A little background into Mark’s gospel in the Bible is today’s subject. I’m so glad you stopped by. I hope you will stick around.
Commentators have widely thought of the book of Mark as the first gospel written. For years it was thought Matthew came first, but a synoptic debate arose in the 19th century, and scholars now tend to favor Mark was written first.
Though Mark is a short gospel account with fewer chapters, those are sometimes pretty long chapters.
Mark was also known as John Mark. John Mark’s mother hosted meetings of early believers in her Jerusalem home during the days of Christianity (Acts 12:12). This put Mark within the sphere of apostles and eyewitnesses to Jesus’ life.
Mark is the same Mark of Acts 13, where he goes with Paul and Barnabas on their first missionary journey. He is the nephew of Barnabas. It is thought he was in his late teens.
The Apostle Paul, Barnabas, and Mark (John Mark) board a ship and sail to Perga. Mark then abruptly leaves the group and returns to Jerusalem (Acts 13:13). The issue of Mark suddenly abandoning the first missionary journey will be the catalyst for the separation of the evangelists before Paul’s next trip (Acts 15:36-41).
When it came to the next trip, Barnabas wanted to take John Mark with them, but Paul disagreed. Barnabas did take Mark along, but he and Paul had already parted ways.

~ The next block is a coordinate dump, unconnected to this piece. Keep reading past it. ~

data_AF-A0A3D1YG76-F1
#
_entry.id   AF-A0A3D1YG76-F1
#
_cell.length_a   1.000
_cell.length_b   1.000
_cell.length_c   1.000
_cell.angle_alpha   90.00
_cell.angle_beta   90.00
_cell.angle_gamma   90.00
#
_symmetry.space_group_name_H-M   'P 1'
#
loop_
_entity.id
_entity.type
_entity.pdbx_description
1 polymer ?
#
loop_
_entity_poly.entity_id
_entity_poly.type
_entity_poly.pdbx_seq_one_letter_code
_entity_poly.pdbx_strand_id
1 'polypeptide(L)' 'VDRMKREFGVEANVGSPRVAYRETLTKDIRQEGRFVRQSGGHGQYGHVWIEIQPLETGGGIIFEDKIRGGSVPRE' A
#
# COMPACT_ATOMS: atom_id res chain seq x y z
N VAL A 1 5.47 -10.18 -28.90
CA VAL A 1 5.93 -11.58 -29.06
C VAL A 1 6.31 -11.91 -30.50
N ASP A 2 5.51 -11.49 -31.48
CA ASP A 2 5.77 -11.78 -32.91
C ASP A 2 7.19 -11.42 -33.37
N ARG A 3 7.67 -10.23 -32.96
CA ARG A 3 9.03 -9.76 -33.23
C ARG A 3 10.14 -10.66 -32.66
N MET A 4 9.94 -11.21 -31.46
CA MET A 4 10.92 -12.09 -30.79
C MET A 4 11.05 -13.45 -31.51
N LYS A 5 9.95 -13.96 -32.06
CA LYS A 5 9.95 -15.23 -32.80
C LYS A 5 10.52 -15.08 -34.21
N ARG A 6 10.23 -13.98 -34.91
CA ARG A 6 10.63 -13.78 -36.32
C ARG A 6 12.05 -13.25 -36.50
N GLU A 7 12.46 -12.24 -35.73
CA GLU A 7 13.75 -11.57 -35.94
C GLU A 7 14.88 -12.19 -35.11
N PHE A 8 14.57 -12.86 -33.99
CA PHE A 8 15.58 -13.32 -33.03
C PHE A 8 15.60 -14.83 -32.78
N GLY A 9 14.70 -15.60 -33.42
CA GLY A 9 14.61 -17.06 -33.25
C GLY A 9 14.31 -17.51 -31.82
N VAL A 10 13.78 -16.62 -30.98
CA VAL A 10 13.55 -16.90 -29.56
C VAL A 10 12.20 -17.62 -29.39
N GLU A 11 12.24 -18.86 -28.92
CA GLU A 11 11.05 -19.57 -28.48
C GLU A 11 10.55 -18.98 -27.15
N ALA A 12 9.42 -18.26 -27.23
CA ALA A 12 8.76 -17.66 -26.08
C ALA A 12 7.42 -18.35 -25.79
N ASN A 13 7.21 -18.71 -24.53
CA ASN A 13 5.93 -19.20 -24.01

Traveling with Paul would have provided Mark with an excellent chance to learn the content of Paul’s preaching about Christ. Mark was later restored to Paul’s confidence, giving him additional opportunities to glean vital biographical data that Paul had gathered about Jesus. (2 Tim 4:11)
Mark also enjoyed learning under the tutelage of Simon Peter, the companion of Jesus. Peter gets to know Mark very well to the point of calling him a son in 1 Peter 5:13. Peter had a more significant influence on Mark than Paul did. Early tradition says Mark’s gospel was written as a reflection of Peter’s preaching and following his life as an eyewitness.
The gospel book of Mark appears to have been written while Mark was in Rome.
In his gospel, chapter 14, verses 51-52, we are told of a young man who runs away, leaving his loin cloth. Scholars and commentaries appear to agree that it was Mark. Although he doesn’t identify himself directly, perhaps out of embarrassment or humility, it is thought that Mark was there because there was an eyewitness to the exchange in the garden with Judas, Jesus, the guards, and Peter.
One thing you may notice in reading the book of Mark is the urgency of the gospel. Mark uses the word ‘immediately’ at least 36 times. Everything in his book moves at a quick pace.
The book of Mark is an urgent little gospel where we are encouraged to give our all to Jesus Christ who has given His all for humanity.
The gospel of Mark is a great book, easy to read, short, and well worth your time. Check it out!